Press Release

Statement from the Ohio Environmental Council on a Fracking Incident in Southeast Ohio

Powhatan, OH — Yesterday, a gas leak and resulting fire occurred in Belmont County along the Ohio River. The methane gas leak occurred on an XTO well pad on Cat’s Run off of State Route 148 and residents were evacuated for one mile surrounding the well pad. The incident occurred as operators were working to put an idle, formerly drilled and fracked well, back into service.

The following statement can be attributed in part, or in full to Melanie Houston, Director of Climate Programs at the Ohio Environmental Council:

“We continue to investigate the extent of the damage from the well leak and resulting fire and it is clear the area will experience environmental and community health impacts. With the age of this particular well pad, it was not covered by a variety of public safeguards more modern well pads must follow because it was grandfathered in under current laws. In this incident, gas backflowed and caused it to break the blowout preventer, similar to what happened in the BP Gulf of Mexico oil spill in 2010, but at a smaller scale.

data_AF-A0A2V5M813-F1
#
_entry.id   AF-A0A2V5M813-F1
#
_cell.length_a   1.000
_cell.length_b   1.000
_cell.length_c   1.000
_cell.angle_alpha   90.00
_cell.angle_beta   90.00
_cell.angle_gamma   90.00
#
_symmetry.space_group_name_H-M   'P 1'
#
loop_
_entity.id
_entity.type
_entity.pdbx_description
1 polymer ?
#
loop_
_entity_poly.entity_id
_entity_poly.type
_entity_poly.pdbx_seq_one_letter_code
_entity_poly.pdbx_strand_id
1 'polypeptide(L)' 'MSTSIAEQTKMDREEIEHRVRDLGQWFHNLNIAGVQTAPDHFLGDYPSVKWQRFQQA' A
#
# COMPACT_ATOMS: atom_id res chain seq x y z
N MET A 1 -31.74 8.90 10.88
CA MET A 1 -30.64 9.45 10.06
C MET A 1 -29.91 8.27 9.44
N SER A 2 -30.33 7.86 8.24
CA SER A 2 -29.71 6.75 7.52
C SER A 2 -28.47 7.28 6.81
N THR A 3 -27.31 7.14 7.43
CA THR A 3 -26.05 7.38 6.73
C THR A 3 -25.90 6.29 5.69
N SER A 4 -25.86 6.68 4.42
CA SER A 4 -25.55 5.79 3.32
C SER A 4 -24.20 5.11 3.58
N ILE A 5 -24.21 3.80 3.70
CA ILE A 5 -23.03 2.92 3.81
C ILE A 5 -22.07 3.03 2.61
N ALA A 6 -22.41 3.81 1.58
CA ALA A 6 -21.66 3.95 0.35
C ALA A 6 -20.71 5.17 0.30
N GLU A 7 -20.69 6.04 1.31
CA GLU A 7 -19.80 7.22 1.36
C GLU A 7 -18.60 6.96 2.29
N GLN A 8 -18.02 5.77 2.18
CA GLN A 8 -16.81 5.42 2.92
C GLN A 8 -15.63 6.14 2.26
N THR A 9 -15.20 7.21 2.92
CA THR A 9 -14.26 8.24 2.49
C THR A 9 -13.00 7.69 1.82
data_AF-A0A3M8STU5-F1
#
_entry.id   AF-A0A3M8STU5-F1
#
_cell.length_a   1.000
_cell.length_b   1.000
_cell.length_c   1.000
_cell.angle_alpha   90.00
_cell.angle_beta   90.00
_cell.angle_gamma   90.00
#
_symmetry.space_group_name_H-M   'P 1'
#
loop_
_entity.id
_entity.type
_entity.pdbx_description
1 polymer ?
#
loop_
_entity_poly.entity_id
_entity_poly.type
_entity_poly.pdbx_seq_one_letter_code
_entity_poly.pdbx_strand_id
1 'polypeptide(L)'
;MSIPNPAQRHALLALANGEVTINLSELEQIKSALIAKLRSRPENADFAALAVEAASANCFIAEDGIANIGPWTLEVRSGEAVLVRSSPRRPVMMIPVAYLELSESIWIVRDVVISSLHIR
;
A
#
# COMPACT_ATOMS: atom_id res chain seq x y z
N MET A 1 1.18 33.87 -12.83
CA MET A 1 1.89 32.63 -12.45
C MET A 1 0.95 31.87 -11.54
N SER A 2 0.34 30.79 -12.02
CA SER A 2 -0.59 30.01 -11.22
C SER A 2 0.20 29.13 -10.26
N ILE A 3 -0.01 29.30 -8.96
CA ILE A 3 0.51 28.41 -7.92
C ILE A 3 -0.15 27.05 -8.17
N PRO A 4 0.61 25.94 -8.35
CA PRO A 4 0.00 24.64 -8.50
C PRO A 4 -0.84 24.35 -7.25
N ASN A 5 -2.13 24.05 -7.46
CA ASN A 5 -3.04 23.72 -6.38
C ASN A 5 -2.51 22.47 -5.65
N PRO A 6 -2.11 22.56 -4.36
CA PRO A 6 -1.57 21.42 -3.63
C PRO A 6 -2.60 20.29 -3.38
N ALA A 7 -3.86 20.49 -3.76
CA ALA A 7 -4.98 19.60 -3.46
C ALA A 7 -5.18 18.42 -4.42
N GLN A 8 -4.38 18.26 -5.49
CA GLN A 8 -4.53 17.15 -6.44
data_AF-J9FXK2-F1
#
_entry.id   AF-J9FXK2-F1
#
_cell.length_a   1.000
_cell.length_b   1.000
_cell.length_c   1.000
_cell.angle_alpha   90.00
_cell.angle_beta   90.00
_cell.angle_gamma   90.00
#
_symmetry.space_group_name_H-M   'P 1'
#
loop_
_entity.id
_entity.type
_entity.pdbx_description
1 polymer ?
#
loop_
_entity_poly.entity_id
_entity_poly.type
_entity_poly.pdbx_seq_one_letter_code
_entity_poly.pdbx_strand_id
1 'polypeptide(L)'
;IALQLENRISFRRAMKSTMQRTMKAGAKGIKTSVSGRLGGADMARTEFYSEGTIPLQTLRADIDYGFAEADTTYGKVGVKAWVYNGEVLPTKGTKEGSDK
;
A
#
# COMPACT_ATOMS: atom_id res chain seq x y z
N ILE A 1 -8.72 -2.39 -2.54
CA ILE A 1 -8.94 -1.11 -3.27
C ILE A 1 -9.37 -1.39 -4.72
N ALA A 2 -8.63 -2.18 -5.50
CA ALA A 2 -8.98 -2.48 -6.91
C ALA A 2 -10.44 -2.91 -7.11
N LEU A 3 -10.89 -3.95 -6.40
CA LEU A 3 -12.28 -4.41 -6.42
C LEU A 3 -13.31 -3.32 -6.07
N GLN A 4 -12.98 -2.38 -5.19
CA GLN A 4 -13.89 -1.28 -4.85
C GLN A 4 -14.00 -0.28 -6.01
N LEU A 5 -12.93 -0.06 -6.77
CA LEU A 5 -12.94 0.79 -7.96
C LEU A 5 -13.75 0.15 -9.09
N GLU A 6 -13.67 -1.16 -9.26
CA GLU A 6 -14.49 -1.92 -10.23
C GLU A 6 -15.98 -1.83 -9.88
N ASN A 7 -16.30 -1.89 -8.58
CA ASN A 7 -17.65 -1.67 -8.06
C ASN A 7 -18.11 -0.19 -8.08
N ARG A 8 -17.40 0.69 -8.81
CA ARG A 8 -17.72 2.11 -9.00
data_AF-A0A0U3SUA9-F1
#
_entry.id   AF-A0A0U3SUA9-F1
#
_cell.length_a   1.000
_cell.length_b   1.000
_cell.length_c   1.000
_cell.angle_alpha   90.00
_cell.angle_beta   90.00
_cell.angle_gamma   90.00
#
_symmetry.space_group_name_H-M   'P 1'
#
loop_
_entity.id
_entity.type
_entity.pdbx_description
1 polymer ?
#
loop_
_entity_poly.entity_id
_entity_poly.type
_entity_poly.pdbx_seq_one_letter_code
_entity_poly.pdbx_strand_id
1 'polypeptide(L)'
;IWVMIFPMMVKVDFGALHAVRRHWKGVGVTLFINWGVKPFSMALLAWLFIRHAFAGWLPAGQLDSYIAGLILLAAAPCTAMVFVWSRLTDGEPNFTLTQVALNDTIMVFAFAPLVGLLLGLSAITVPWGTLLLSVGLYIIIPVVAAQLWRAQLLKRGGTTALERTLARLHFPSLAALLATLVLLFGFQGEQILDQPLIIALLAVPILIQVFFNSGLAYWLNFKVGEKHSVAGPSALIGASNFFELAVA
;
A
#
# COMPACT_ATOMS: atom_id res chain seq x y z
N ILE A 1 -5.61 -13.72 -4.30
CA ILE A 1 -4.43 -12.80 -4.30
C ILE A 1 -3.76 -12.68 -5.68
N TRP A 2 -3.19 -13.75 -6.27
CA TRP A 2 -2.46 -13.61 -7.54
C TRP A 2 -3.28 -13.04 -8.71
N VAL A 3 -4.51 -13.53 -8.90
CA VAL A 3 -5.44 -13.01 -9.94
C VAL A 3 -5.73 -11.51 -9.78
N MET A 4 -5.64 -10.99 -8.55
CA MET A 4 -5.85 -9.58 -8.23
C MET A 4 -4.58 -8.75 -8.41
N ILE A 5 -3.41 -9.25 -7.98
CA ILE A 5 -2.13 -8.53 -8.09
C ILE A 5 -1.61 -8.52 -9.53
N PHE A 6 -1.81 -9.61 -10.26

“This is yet another wake up call that stronger protections are needed for communities from the risks of oil and gas well pads. As the federal government rolls back protections from methane pollution, it is critical that state-level action is taken to protect Ohioans from these potential dangers.” 

The following statement can be attributed in part, or in full, to Carol Davey, Southeast Ohio Regional Director at the Ohio Environmental Council:

“This fire has threatened the safety and health of residents in southeast Ohio, and put families out of their homes. The bottom line is that our communities shouldn’t have to live with the constant worry and threat of fire, explosion or gas leaks near their homes.  

“We call for a full investigation of this incident by the Ohio EPA, Ohio Department of Natural Resources, and US EPA, and ask state lawmakers to take action to protect our communities from the threat of gas leaks from these well pads.”